Charles Osgood sees America every morning, all four times zones at once: The sleepyhead in California, the guy who's shaving in Denver, the couple eating breakfast in Iowa.
You, in the car, stuck in Malfunction Junction on I-4, Charles Osgood sees you too.
Although he's confined to a CBS cocoon, Osgood says, he can see everyone because he works in America's most visual medium. Not TV. Radio.
"I always say "I'll see you on the radio," said the veteran CBS newsman Monday at a conference of television and radio promoters at Walt Disney World. "My broadcast booth may be small, but I can still see everything. Radio is more intimate."
In a funny, but poignant, luncheon speech, Osgood reflected on his career in TV and radio. A reporter for 25 years with CBS News, including work on CBS This Morning and CBS Sunday Morning, Osgood transferred to the radio division last year to devote himself to his whimsical commentaries, "The Osgood Files," which are aired four times a day and heard by an estimated 3.5-billion people across the country. In the Tampa Bay area, he on WHNZ-570 AM news radio.
A master of both mediums, Osgood said he prefers radio because it allows a listener's imagination to see much more than any camera could.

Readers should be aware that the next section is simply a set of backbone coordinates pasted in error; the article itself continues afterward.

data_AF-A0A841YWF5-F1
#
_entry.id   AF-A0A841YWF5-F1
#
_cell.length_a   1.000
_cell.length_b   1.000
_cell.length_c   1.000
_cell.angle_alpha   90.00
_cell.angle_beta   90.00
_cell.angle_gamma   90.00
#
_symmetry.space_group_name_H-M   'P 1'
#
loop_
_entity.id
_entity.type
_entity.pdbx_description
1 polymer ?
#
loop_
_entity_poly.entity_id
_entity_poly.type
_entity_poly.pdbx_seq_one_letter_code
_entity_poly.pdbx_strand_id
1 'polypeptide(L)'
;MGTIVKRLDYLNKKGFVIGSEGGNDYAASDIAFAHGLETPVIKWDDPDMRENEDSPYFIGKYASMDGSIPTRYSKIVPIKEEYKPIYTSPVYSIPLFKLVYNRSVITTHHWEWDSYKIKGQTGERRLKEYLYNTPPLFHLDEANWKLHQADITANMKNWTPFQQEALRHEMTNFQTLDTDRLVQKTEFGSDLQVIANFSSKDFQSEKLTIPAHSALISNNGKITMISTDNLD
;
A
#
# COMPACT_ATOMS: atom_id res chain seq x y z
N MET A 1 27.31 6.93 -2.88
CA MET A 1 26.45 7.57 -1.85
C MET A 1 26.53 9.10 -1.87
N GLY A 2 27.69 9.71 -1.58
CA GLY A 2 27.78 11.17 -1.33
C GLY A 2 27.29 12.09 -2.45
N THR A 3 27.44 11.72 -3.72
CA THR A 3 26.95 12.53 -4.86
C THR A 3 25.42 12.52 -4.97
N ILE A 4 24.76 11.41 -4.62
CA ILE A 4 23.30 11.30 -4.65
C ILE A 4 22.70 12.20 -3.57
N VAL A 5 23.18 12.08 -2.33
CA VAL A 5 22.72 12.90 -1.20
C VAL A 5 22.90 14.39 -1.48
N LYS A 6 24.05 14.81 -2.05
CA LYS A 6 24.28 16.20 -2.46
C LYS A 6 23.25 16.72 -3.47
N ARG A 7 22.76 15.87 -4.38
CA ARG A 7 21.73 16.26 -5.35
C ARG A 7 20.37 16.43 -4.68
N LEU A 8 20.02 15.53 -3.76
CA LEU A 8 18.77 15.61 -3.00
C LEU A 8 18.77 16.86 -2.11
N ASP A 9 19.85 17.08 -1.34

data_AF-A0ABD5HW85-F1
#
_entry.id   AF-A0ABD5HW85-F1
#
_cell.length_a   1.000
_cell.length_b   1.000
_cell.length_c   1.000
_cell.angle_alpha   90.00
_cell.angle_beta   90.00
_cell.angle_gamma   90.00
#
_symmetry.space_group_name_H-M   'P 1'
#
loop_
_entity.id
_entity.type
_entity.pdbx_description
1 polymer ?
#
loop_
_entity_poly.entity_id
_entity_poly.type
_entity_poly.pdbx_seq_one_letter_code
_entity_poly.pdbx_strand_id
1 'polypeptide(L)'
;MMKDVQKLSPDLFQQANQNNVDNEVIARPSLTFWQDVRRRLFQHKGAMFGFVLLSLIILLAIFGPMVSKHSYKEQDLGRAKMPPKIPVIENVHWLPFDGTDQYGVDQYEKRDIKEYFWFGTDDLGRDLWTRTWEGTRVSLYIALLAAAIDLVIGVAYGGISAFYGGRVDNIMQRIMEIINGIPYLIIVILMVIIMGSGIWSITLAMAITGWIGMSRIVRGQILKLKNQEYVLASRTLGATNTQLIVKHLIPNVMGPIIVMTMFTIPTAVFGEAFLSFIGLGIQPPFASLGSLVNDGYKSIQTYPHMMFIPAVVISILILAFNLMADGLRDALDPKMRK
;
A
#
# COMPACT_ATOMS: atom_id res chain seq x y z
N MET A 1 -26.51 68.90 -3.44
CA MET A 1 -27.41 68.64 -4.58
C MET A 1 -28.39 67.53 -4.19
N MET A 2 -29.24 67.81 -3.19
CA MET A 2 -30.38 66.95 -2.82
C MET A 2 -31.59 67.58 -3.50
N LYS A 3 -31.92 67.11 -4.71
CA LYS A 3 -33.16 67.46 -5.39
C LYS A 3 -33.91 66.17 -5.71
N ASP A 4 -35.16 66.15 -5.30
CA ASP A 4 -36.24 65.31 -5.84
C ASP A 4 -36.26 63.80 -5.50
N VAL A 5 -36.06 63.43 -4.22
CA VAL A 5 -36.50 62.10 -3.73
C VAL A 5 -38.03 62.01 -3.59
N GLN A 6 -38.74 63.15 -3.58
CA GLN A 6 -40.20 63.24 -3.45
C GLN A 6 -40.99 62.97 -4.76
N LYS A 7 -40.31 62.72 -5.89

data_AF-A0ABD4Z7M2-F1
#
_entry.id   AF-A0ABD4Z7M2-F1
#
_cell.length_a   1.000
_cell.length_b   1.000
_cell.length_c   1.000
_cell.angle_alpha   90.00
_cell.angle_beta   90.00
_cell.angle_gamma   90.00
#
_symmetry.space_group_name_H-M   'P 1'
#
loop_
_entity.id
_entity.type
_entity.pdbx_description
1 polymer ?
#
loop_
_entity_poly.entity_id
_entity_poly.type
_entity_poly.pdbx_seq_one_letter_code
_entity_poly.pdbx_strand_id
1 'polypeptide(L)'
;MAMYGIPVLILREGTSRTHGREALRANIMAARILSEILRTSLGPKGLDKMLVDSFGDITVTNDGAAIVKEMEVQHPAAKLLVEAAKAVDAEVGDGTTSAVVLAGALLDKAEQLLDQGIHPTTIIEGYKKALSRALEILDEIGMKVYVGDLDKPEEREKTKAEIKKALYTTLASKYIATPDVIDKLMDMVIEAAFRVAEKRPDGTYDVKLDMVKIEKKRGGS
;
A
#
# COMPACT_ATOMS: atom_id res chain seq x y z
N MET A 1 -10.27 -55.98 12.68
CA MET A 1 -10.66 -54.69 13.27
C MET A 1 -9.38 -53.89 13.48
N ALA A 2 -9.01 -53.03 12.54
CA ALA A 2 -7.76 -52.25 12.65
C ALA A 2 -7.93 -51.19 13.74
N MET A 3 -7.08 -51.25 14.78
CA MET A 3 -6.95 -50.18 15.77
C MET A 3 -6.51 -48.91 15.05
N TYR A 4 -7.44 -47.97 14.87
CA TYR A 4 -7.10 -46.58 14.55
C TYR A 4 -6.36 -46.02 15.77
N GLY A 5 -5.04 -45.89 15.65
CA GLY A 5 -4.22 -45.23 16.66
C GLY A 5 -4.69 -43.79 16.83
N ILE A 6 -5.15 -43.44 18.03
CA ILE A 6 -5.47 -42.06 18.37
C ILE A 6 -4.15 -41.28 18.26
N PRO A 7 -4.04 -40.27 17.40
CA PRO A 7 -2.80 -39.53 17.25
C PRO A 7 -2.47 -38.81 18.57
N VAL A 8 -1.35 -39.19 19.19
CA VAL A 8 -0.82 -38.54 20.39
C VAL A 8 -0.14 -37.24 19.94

The lasting power of radio lies in the word _ the story-telling _ which Osgood has made famous. Often his commentaries are poems, a problematic art form since they have to be tailored for breaking news.
"Deadline poets you don't often meet," said Osgood, winner of two Peabody awards, broadcast journalism's highest honor. To update his "little performance, my act," Osgood said he was inspired by Bill Clinton to play a musical instrument.
"I worried it might not be appropriate for a serious journalist to play a musical instrument," Osgood said deadpan. "Then I said, "Oh well' and did it anyway."
He tried the harmonica first, but realizing "the verbal content would be very slim" since he couldn't talk, he settled on the banjo. Now, he warbles the news with a few notes.
Switching to radio fulltime also allowed him to explore lucrative radio commercials, which can't be performed by CBS reporters.
But Osgood, 60, said his real reason to retreat to radio was that there were just too many Charlies around CBS.
"With my hair a little grayer and my waist a little bigger, people kept asking me if I was Charles Kuralt," he said. He was greatly comforted when he found out that Kuralt has the same problem.
"I said, "Oh, people ask if you're me?'
" Osgood recalls asking Kuralt with pride.
"No," Kuralt said. "They always ask if I'm the guy who says the silly little poems on the radio."
That did it. Now, except for an occasional guest shot on Kuralt's Sunday Morning, Charles Osgood moved his poems, banjo and bowties to radio, for good.
The better to see you with, my dears.
The 37th annual PROMAX conference ends Wednesday when the groups hands out acheivement Awards to talk host Sally Jessy Raphael and former NBC Entertainment Chairman Brandon Tartikoff.